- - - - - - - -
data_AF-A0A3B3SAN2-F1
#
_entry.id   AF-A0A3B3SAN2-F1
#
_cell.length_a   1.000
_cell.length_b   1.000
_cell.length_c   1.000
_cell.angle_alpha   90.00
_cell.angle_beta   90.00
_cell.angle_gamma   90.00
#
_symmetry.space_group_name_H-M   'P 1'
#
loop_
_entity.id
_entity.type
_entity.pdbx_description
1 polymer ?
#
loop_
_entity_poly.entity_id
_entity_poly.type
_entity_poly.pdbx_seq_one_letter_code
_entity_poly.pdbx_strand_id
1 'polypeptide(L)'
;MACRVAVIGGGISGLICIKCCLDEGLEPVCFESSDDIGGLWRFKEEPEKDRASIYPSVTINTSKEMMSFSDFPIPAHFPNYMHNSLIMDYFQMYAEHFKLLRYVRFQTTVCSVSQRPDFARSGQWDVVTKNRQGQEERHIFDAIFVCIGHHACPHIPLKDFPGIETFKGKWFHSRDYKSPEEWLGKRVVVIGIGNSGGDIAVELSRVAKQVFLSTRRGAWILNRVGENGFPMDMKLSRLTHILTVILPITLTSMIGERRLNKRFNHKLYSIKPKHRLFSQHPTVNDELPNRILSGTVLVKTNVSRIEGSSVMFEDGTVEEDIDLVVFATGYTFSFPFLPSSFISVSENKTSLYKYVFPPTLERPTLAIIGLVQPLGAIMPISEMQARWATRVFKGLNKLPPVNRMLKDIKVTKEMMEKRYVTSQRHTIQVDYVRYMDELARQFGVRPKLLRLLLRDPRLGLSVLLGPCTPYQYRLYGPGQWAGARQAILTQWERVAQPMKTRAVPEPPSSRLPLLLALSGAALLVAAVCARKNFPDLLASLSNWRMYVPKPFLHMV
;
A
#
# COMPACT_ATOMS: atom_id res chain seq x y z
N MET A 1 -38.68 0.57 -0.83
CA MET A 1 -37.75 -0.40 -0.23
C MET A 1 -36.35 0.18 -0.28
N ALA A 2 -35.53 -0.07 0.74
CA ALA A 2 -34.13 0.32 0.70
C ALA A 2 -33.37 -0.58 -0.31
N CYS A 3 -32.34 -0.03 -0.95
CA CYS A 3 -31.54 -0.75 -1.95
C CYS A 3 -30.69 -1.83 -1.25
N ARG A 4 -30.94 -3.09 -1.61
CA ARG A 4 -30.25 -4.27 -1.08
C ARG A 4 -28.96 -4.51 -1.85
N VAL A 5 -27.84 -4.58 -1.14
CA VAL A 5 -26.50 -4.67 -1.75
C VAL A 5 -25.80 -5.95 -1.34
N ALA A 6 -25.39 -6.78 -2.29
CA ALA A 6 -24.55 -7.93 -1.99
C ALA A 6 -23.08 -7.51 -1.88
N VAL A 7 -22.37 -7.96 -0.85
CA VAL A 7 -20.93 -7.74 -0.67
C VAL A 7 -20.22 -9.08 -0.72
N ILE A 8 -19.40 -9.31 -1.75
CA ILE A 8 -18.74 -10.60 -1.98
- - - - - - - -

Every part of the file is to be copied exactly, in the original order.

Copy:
data_AF-A0A3B3SAN2-F1
#
_entry.id   AF-A0A3B3SAN2-F1
#
_cell.length_a   1.000
_cell.length_b   1.000
_cell.length_c   1.000
_cell.angle_alpha   90.00
_cell.angle_beta   90.00
_cell.angle_gamma   90.00
#
_symmetry.space_group_name_H-M   'P 1'
#
loop_
_entity.id
_entity.type
_entity.pdbx_description
1 polymer ?
#
loop_
_entity_poly.entity_id
_entity_poly.type
_entity_poly.pdbx_seq_one_letter_code
_entity_poly.pdbx_strand_id
1 'polypeptide(L)'
;MACRVAVIGGGISGLICIKCCLDEGLEPVCFESSDDIGGLWRFKEEPEKDRASIYPSVTINTSKEMMSFSDFPIPAHFPNYMHNSLIMDYFQMYAEHFKLLRYVRFQTTVCSVSQRPDFARSGQWDVVTKNRQGQEERHIFDAIFVCIGHHACPHIPLKDFPGIETFKGKWFHSRDYKSPEEWLGKRVVVIGIGNSGGDIAVELSRVAKQVFLSTRRGAWILNRVGENGFPMDMKLSRLTHILTVILPITLTSMIGERRLNKRFNHKLYSIKPKHRLFSQHPTVNDELPNRILSGTVLVKTNVSRIEGSSVMFEDGTVEEDIDLVVFATGYTFSFPFLPSSFISVSENKTSLYKYVFPPTLERPTLAIIGLVQPLGAIMPISEMQARWATRVFKGLNKLPPVNRMLKDIKVTKEMMEKRYVTSQRHTIQVDYVRYMDELARQFGVRPKLLRLLLRDPRLGLSVLLGPCTPYQYRLYGPGQWAGARQAILTQWERVAQPMKTRAVPEPPSSRLPLLLALSGAALLVAAVCARKNFPDLLASLSNWRMYVPKPFLHMV
;
A
#
# COMPACT_ATOMS: atom_id res chain seq x y z
N MET A 1 -38.68 0.57 -0.83
CA MET A 1 -37.75 -0.40 -0.23
C MET A 1 -36.35 0.18 -0.28
N ALA A 2 -35.53 -0.07 0.74
CA ALA A 2 -34.13 0.32 0.70
C ALA A 2 -33.37 -0.58 -0.31
N CYS A 3 -32.34 -0.03 -0.95
CA CYS A 3 -31.54 -0.75 -1.95
C CYS A 3 -30.69 -1.83 -1.25
N ARG A 4 -30.94 -3.09 -1.61
CA ARG A 4 -30.25 -4.27 -1.08
C ARG A 4 -28.96 -4.51 -1.85
N VAL A 5 -27.84 -4.58 -1.14
CA VAL A 5 -26.50 -4.67 -1.75
C VAL A 5 -25.80 -5.95 -1.34
N ALA A 6 -25.39 -6.78 -2.29
CA ALA A 6 -24.55 -7.93 -1.99
C ALA A 6 -23.08 -7.51 -1.88
N VAL A 7 -22.37 -7.96 -0.85
CA VAL A 7 -20.93 -7.74 -0.67
C VAL A 7 -20.22 -9.08 -0.72
N ILE A 8 -19.40 -9.31 -1.75
CA ILE A 8 -18.74 -10.60 -1.98